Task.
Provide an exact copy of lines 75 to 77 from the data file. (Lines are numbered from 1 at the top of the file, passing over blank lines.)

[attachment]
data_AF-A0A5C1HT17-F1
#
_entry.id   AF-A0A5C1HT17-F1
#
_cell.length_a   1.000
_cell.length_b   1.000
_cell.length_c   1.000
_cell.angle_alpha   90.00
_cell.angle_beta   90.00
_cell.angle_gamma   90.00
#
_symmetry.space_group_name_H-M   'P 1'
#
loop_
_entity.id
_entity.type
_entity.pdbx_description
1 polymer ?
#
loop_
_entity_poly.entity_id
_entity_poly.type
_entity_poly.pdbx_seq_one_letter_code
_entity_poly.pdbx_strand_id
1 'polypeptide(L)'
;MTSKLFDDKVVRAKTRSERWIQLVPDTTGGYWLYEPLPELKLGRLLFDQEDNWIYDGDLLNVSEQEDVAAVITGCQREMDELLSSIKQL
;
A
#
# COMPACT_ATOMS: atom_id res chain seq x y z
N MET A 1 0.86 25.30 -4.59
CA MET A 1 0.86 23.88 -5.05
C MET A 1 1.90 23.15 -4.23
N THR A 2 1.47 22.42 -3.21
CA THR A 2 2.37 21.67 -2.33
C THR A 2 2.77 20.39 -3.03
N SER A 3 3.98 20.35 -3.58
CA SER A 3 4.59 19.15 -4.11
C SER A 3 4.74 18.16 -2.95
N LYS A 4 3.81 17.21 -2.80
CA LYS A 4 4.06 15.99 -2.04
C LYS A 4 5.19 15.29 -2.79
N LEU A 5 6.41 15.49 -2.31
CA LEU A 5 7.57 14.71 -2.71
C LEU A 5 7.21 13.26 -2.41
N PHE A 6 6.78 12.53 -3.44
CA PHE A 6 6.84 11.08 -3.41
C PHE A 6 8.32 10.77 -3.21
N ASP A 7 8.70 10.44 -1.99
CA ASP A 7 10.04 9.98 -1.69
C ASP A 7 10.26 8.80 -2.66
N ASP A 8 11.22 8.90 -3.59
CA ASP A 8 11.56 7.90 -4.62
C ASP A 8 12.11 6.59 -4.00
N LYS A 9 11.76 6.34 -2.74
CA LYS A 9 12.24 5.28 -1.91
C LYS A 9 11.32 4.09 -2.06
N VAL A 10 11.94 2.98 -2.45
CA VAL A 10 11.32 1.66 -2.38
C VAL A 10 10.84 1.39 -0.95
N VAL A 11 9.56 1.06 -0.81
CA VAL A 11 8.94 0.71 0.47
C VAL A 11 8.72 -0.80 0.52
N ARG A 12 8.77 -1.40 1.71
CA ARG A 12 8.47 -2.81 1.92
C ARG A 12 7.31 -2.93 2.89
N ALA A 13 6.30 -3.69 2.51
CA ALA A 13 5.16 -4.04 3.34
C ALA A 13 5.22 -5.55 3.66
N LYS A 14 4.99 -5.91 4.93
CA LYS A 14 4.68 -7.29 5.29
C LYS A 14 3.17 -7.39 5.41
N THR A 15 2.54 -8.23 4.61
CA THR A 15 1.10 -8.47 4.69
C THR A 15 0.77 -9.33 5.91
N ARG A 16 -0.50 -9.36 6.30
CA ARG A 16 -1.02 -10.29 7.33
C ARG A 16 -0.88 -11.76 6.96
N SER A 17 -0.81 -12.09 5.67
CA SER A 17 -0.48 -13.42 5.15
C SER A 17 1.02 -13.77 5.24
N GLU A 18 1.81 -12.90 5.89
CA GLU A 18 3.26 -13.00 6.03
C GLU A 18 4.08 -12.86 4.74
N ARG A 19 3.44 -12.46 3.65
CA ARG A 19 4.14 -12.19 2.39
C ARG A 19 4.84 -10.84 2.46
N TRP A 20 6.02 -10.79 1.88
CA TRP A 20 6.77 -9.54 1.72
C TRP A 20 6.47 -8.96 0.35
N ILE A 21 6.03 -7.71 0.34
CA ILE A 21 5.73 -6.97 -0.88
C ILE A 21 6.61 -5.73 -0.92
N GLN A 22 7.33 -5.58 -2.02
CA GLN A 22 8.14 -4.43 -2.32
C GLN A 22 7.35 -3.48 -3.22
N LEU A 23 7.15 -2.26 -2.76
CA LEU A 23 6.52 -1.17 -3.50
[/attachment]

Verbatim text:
C THR A 15 0.77 -9.33 5.91
N ARG A 16 -0.50 -9.36 6.30
CA ARG A 16 -1.02 -10.29 7.33